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In my efforts and struggles to find a cohesive partnership while battling with mental illness, I have learned that we must be incredibly protective of ourselves when choosing partners.
The contentment that comes with years of depression is a hard habit to break, but it’s entirely possible. To truly experience joy and happiness, we must first endure a complete lack thereof. Every open wound will eventually be a scar, a reminder of the darkness from whence we came, as well as a reminder of what we’ve overcome, and that should be celebrated.
Our mental illness wants to tell us that we’re damaged, broken, and undeserving of love and happiness, and that’s the true battle—learning that we are no less deserving than anyone else and that we are not our trauma and our diagnosis.
Since I’m not a mental health professional, though I work with The National Alliance on Mental Illness (NAMI), I can only speak from experience. Perspectively, everything I’ve said here should probably apply in relationships across the board.
Here are four things I have learned that can protect us when finding a suitable partner:
Instead of taking accountability and being responsible for their actions, people who gaslight us make us feel as though it’s all our fault. Gaslighting is particularly dangerous because if it happens enough, we begin to question ourselves. Some people can “go crazy” when they don’t know if they can trust themselves or not. Be wary of gaslighters because they’ll always play the mental health card to get what they want. This is also a method of control and nurturers in an unhealthy bond, under the guise of “love.”
2. “No one will ever understand you like me,” aka “no one else can put up with you.”
There’s a significant difference between being supportive and being a martyr. Nobody likes to feel like we’re with someone who’s “taking one for the team,” so to speak. These people play the “acceptance” card. They pretend to accept you for who you are until it becomes inconvenient. Us lonely folks can be easily bought with the whole “acceptance” thing if we’re both strange and mentally ill at the same time. Many of us feel alone and alienated, so being accepted is like “whoa.” Generally, though, there will be a point where that “acceptance” is hung over our heads like mistletoe at Christmas.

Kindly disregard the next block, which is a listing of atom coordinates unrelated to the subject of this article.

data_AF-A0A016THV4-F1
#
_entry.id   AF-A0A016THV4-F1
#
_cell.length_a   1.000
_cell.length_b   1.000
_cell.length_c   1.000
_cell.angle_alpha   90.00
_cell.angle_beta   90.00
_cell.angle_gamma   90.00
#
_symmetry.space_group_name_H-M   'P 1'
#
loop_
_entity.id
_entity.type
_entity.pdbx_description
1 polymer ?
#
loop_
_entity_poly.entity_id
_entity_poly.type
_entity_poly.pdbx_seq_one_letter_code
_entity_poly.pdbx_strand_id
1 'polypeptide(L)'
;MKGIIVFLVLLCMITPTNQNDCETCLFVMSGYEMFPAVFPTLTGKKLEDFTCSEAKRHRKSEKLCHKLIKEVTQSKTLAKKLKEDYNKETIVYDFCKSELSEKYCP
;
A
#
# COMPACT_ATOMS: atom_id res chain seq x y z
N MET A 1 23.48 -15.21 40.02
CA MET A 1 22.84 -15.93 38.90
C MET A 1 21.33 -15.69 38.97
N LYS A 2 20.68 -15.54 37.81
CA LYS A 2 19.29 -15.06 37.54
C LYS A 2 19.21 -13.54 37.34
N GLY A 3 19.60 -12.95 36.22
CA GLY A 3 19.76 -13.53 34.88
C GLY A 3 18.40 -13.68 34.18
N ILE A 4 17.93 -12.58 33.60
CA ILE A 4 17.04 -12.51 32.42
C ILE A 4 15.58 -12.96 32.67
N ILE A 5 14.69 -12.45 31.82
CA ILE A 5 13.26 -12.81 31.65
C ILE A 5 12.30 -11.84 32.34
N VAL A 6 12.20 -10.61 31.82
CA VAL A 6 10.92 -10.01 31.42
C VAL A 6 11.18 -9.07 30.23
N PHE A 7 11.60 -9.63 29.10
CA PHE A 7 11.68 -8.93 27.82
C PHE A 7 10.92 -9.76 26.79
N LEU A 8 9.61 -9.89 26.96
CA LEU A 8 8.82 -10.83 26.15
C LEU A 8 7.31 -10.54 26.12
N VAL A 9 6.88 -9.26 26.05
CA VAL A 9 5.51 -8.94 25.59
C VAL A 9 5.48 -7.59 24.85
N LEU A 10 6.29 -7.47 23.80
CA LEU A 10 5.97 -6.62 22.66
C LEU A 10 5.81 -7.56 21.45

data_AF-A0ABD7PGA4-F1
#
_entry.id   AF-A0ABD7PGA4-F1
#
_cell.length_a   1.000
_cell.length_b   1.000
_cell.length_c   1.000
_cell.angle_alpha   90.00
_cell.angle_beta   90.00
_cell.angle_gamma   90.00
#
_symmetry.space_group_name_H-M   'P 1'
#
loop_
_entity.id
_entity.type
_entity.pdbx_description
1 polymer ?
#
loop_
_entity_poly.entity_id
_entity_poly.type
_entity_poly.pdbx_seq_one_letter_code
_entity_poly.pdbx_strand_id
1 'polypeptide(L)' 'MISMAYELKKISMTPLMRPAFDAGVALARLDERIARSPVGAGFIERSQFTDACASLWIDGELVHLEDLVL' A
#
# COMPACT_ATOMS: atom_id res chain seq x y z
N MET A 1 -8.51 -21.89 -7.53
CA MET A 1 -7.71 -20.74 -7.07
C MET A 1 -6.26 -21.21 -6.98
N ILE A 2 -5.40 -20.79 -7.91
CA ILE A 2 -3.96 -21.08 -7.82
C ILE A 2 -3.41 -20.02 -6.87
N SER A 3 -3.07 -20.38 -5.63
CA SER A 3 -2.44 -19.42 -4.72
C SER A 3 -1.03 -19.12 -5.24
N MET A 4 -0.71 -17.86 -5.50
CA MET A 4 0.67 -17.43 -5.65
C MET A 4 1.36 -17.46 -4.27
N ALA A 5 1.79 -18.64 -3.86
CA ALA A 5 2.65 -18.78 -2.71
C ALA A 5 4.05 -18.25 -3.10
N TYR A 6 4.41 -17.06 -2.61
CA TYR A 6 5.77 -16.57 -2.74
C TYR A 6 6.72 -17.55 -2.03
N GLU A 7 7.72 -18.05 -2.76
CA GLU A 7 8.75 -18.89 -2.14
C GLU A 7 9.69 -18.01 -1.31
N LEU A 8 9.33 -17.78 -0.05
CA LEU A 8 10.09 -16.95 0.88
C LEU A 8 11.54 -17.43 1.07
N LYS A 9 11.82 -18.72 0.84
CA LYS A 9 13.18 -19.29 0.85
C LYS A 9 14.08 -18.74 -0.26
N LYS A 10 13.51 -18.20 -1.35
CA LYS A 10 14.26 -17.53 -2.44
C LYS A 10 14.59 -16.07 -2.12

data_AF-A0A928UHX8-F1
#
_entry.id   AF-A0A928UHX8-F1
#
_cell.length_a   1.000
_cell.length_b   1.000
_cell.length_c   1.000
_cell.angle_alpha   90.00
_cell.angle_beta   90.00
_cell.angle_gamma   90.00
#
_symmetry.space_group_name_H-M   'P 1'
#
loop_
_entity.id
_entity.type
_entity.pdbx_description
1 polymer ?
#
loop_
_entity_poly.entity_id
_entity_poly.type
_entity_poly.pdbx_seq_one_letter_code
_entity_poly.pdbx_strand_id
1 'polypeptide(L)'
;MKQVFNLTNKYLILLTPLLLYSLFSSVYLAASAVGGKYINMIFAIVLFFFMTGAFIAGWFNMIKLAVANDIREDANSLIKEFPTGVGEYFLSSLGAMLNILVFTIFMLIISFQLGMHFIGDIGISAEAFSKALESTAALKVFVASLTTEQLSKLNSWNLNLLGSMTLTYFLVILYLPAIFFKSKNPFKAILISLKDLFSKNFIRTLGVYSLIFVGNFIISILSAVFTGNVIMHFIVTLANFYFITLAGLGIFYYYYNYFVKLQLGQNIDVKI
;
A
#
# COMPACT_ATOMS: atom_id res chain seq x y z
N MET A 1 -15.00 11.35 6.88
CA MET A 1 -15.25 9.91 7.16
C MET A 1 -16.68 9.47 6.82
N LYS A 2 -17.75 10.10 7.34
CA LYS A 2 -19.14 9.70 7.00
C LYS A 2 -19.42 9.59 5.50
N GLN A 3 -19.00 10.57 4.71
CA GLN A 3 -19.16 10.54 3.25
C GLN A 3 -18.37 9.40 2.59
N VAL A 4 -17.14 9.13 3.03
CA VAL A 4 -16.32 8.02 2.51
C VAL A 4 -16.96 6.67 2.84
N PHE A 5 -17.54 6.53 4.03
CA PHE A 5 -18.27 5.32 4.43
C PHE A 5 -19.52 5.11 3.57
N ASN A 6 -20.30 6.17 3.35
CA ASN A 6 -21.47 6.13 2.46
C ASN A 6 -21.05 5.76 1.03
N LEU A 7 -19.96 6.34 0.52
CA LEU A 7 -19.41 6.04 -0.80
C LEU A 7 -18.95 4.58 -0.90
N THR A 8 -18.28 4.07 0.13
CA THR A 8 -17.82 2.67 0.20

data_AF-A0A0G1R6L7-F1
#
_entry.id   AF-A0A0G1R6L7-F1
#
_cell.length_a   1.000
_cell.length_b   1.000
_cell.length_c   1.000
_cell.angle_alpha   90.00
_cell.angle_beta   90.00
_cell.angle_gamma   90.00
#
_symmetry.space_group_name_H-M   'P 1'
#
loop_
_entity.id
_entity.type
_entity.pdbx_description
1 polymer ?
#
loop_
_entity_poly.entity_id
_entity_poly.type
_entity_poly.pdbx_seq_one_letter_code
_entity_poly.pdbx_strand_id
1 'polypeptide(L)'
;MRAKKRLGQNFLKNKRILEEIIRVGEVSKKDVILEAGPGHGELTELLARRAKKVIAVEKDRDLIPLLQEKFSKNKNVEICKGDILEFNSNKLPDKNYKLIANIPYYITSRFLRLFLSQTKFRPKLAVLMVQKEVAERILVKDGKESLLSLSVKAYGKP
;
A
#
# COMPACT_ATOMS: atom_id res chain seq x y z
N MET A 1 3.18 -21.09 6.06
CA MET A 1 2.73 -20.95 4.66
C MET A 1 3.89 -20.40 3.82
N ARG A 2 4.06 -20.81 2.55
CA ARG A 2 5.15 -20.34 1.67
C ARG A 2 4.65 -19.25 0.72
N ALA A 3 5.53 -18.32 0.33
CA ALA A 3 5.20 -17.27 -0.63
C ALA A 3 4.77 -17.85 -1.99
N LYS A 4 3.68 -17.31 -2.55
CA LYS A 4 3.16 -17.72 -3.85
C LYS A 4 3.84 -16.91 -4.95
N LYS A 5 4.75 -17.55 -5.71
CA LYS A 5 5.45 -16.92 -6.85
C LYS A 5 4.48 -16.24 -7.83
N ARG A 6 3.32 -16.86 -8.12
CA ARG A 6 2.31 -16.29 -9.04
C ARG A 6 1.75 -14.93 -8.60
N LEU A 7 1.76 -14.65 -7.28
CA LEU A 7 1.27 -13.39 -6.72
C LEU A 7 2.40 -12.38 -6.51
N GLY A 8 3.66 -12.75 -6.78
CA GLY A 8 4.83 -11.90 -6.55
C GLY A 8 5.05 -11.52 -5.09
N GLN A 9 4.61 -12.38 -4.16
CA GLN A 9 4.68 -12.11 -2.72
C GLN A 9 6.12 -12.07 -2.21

3. “You don’t need those meds; you’re great just the way you are.”
Yeah, cool. My response to this is: you have no idea who I am because you’ve never known me off of medication. I guess you’ll take a large “rocking back and forth in the corner” with a side of “self-mutilation.”
These people are quick to push their “anti-medication” beliefs in our face. Not everyone wants or needs medication, which is cool—each of us can make our own choice. However, if you’re like me, take your medication. For whatever reason, there’s an epic debate between the holistic culture and the western medicinal culture. I choose both, personally. Our treatment is our business. Whether we need medication or not is up to us, and no partner who truly supports us will impede our wellness for their own beliefs.
4. “I can’t live with you, and I can’t live without you,” aka codependency.
Sometimes people get caught up in their heads as if we’re not mentally ill. They pick fights with us, disregard our symptoms, and play “victim.” Through these actions begin a cycle—our own sense of shame over our mental health battles—they are fed by the rage of another. They feed our self-loathing and pain, and so we feel reliant on their behaviors. For instance, I knew of a couple where he was an alcoholic, and she was a control freak; his addiction made him easy to manage. As long as he needed booze and she was buying it, all was well within the world. This kind of unhealthy relationship overlooks personal growth entirely. For every addict, there’s a dealer turning a profit.
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